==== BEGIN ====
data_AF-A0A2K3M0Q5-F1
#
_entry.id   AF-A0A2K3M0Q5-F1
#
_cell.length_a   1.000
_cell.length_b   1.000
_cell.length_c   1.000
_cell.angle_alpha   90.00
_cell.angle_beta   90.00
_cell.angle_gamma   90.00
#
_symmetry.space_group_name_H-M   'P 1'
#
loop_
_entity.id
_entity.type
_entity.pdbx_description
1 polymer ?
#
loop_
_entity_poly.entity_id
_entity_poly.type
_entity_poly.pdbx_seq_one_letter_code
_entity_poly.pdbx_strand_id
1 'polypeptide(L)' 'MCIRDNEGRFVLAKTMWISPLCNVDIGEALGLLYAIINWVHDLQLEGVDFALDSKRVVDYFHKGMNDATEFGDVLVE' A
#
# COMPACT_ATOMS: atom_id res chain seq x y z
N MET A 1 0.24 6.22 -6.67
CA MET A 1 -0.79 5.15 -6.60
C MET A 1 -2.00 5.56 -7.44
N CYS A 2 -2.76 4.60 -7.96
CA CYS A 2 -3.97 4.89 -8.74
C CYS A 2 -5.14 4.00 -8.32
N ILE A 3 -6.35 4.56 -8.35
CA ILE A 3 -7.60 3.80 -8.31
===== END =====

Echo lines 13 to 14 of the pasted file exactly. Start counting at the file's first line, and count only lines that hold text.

#
loop_